Who Are You, Really?

Who Are You, Really?

First things first, so you stop wondering. Yes, the handsome lad on the left is me, age 7. My mom had to deal with eight kids, and I was NOT an easy child to raise. I’m pretty sure the only reason she did not act on her threat (“I swear I’m gonna sell you to the Gypsies next time they pass through,” was a common curse when we behaved badly) was because I was so impossibly cute.

I digress.

We Are Our Stories

In past posts, I’ve shared some of my learning as I explore what it means to be a white Euro-ethnic male in a global system that affords me privilege and power just because of WHAT I am. I believe this is an important journey for me as a Coach, a Leader, and a Happiness expert because those roles require me to be someone WHO is authentic and empathetic.

  • Coach: Knowing and honoring who I am is a pre-requisite to being Authentic, and “seeing” others in their fullness helps me empathize so they feel fully listened to.
  • Happiness: Living more authentically also supports access to Happiness, Joy, Contentment, and other desirable emotions.
  • Leader: There is a direct correlation between people’s perception of “authentic” and the degree to which they feel safety and trust in a relationship.

One consequence of recent social shifts combined with the pandemic and the reorganization of work is that many people have new expectations of both their organization and their direct manager/boss/leader. Before, they considered a great boss an exception and felt lucky to have one. But now, they expect – nay, demand! – a much higher level of authenticity, empathy, leadership competence, care, and attention to their psychological safety.

If the “story” about you as a leader does not fit that expectation, you’re not going to do well in this new reality. You will have to give more attention to who you are as a real, whole person AND be curious about the real, whole person that is everyone on your team.

You see, no one cares about your title. What they care about is how you make them feel. Whether you treat them with dignity and respect. The degree to which you honor all of who they are as human beings, not just their current role. They care about your story.

A Different Story

As I’ve wrestled with my own identity/story/Brand, I was called to participate in a team-building retreat with fellow board members of a global organization that has declared a powerful Stand in the space of Inclusion and Belonging. To prepare for the retreat we had two assignments: to write and share a Cultural Bio and to write an Origin Poem.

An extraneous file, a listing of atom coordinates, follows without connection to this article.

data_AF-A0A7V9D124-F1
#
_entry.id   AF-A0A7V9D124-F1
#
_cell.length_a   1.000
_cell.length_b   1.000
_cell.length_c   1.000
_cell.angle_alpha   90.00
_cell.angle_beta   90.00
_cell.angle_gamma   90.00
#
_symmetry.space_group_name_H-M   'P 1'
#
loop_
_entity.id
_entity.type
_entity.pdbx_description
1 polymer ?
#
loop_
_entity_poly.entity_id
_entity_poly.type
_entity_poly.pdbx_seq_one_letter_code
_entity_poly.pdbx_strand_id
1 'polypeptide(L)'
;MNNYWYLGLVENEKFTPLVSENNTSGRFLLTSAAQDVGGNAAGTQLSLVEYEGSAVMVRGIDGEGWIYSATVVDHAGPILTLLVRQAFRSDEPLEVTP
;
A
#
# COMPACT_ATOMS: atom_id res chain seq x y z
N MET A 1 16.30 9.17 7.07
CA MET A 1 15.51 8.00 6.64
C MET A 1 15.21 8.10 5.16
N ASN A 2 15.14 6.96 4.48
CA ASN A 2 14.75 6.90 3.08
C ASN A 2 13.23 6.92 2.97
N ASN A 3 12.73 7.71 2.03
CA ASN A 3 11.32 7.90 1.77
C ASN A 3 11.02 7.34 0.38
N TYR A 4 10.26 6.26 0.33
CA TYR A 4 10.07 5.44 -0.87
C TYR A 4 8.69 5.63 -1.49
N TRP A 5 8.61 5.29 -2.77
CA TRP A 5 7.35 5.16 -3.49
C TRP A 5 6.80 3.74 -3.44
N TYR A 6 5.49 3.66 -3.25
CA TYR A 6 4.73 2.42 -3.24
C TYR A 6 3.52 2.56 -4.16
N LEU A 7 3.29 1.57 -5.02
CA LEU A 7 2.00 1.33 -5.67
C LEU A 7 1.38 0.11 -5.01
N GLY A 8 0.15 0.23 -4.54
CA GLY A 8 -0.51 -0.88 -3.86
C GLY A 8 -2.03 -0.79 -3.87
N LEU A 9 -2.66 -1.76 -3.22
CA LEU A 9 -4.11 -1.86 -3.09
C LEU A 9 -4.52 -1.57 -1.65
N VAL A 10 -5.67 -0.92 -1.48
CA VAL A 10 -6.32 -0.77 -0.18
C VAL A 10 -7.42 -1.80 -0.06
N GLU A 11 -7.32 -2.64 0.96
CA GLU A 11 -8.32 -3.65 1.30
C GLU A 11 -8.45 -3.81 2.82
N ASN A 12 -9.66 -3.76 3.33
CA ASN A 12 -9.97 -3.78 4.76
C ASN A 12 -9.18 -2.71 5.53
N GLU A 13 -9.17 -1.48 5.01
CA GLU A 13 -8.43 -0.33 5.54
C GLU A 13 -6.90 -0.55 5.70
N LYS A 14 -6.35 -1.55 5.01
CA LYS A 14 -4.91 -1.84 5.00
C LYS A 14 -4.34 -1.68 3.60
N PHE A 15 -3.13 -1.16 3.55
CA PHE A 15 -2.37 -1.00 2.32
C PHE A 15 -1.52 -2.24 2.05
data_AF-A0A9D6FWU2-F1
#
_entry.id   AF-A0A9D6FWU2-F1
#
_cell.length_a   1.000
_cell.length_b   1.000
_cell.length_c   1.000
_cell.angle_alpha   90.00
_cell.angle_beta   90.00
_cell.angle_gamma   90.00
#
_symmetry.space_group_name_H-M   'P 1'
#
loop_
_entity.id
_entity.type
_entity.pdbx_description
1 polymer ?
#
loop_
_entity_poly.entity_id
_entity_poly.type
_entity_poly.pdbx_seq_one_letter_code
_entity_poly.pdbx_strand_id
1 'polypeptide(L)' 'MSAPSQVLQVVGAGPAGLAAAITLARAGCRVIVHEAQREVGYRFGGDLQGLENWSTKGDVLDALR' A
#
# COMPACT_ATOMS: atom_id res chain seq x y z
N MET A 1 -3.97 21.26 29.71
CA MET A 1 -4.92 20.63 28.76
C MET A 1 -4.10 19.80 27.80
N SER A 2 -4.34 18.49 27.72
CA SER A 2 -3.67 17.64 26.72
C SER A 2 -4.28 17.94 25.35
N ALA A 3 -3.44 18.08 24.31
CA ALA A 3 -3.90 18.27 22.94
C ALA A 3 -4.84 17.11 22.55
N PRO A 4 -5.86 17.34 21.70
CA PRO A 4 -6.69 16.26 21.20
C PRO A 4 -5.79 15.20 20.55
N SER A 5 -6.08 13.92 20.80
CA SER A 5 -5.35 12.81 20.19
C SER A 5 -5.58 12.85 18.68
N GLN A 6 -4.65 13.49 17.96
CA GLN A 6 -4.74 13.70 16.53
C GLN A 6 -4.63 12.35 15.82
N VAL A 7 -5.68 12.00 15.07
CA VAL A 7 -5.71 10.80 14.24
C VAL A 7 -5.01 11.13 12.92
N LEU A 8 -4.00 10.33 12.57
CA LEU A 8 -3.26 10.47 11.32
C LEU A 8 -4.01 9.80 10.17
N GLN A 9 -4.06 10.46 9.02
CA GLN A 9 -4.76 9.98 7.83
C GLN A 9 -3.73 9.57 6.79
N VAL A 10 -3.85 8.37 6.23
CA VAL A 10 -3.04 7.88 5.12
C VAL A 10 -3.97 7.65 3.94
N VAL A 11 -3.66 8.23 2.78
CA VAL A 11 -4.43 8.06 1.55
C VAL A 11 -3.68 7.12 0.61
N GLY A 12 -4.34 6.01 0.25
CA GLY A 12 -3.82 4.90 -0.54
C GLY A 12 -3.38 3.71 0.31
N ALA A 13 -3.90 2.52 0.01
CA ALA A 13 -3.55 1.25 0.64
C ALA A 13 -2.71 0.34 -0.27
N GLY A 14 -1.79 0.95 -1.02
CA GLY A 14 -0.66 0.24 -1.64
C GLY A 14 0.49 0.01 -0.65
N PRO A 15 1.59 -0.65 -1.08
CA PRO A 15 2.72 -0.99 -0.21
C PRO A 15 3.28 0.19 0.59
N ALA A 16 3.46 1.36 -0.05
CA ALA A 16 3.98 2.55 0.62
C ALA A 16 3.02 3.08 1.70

While a Professional Biography – what you’ll find on LinkedIn – is useful, it’s generally about WHAT we are, not WHO we are or what made us that. After reading some samples, I tried my own. It took me a few minutes to write, then a week to edit to 125 words or less. How do you explain who you are in such a small space?

So here’s the first exercise. Read this, then the questions that follow.


Skinny white German-Irish kid who grew up in an economically-challenged Catholic and ethnic suburban community with eight siblings, where hand-me-downs was the norm and everyone’s grandparents were “from the old country.” Struggled with both depression and sexual identity. Suicide survivor. Heart-attack survivor. First in his family to graduate university, he built a multi-hued and international family through birth and adoption, learning along the way how to advocate for those with differing abilities. Proud that he has always sought to raise up strong women both in his sons/daughters and in the workplace. Situational vegan. Loves to dance, garden, and curate dark beers. Owns 17 ways to make coffee and loves to talk to strangers.

What shifts for you when you read the above versus my LI profile? Yep, the same thing happened for me relative to my fellow board members. I SEE them in a new context and from a place of vulnerability.

What might happen for you if you were to write and share your Cultural Bio with your team, your boss, your peers? Does the idea excite or terrify you? No judgment, just notice. What does your reaction tell you about how truly open and authentic you are? Need to be?